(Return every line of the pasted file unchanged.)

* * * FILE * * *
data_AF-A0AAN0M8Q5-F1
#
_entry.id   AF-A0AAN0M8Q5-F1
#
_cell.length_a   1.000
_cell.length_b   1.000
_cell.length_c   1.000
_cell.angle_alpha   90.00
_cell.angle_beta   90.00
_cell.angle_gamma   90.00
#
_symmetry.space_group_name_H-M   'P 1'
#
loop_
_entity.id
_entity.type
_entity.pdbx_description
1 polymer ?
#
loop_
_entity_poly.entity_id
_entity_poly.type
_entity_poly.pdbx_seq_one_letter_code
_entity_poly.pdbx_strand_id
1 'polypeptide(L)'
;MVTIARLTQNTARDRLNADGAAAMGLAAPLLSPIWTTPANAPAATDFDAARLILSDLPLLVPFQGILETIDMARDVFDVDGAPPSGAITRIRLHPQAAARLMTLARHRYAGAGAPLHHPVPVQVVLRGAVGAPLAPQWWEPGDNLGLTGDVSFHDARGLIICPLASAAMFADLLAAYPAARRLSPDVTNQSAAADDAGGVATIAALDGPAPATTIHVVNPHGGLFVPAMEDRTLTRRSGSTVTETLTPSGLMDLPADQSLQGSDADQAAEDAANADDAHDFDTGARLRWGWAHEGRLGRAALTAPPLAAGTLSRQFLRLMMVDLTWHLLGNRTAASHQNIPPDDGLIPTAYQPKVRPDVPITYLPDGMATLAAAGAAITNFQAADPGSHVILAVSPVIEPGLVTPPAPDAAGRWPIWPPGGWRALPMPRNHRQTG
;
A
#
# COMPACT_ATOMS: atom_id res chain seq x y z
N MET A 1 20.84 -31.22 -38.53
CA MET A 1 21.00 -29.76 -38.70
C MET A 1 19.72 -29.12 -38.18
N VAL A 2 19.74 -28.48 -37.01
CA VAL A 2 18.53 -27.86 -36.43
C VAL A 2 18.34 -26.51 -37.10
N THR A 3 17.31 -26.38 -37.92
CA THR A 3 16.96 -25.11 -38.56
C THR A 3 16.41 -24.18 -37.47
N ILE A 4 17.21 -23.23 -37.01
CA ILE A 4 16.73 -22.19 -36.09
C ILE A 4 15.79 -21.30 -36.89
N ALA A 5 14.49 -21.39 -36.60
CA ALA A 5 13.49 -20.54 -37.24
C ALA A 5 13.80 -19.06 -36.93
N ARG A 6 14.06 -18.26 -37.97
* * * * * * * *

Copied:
data_AF-A0AAN0M8Q5-F1
#
_entry.id   AF-A0AAN0M8Q5-F1
#
_cell.length_a   1.000
_cell.length_b   1.000
_cell.length_c   1.000
_cell.angle_alpha   90.00
_cell.angle_beta   90.00
_cell.angle_gamma   90.00
#
_symmetry.space_group_name_H-M   'P 1'
#
loop_
_entity.id
_entity.type
_entity.pdbx_description
1 polymer ?
#
loop_
_entity_poly.entity_id
_entity_poly.type
_entity_poly.pdbx_seq_one_letter_code
_entity_poly.pdbx_strand_id
1 'polypeptide(L)'
;MVTIARLTQNTARDRLNADGAAAMGLAAPLLSPIWTTPANAPAATDFDAARLILSDLPLLVPFQGILETIDMARDVFDVDGAPPSGAITRIRLHPQAAARLMTLARHRYAGAGAPLHHPVPVQVVLRGAVGAPLAPQWWEPGDNLGLTGDVSFHDARGLIICPLASAAMFADLLAAYPAARRLSPDVTNQSAAADDAGGVATIAALDGPAPATTIHVVNPHGGLFVPAMEDRTLTRRSGSTVTETLTPSGLMDLPADQSLQGSDADQAAEDAANADDAHDFDTGARLRWGWAHEGRLGRAALTAPPLAAGTLSRQFLRLMMVDLTWHLLGNRTAASHQNIPPDDGLIPTAYQPKVRPDVPITYLPDGMATLAAAGAAITNFQAADPGSHVILAVSPVIEPGLVTPPAPDAAGRWPIWPPGGWRALPMPRNHRQTG
;
A
#
# COMPACT_ATOMS: atom_id res chain seq x y z
N MET A 1 20.84 -31.22 -38.53
CA MET A 1 21.00 -29.76 -38.70
C MET A 1 19.72 -29.12 -38.18
N VAL A 2 19.74 -28.48 -37.01
CA VAL A 2 18.53 -27.86 -36.43
C VAL A 2 18.34 -26.51 -37.10
N THR A 3 17.31 -26.38 -37.92
CA THR A 3 16.96 -25.11 -38.56
C THR A 3 16.41 -24.18 -37.47
N ILE A 4 17.21 -23.23 -37.01
CA ILE A 4 16.73 -22.19 -36.09
C ILE A 4 15.79 -21.30 -36.89
N ALA A 5 14.49 -21.39 -36.60
CA ALA A 5 13.49 -20.54 -37.24
C ALA A 5 13.80 -19.06 -36.93
N ARG A 6 14.06 -18.26 -37.97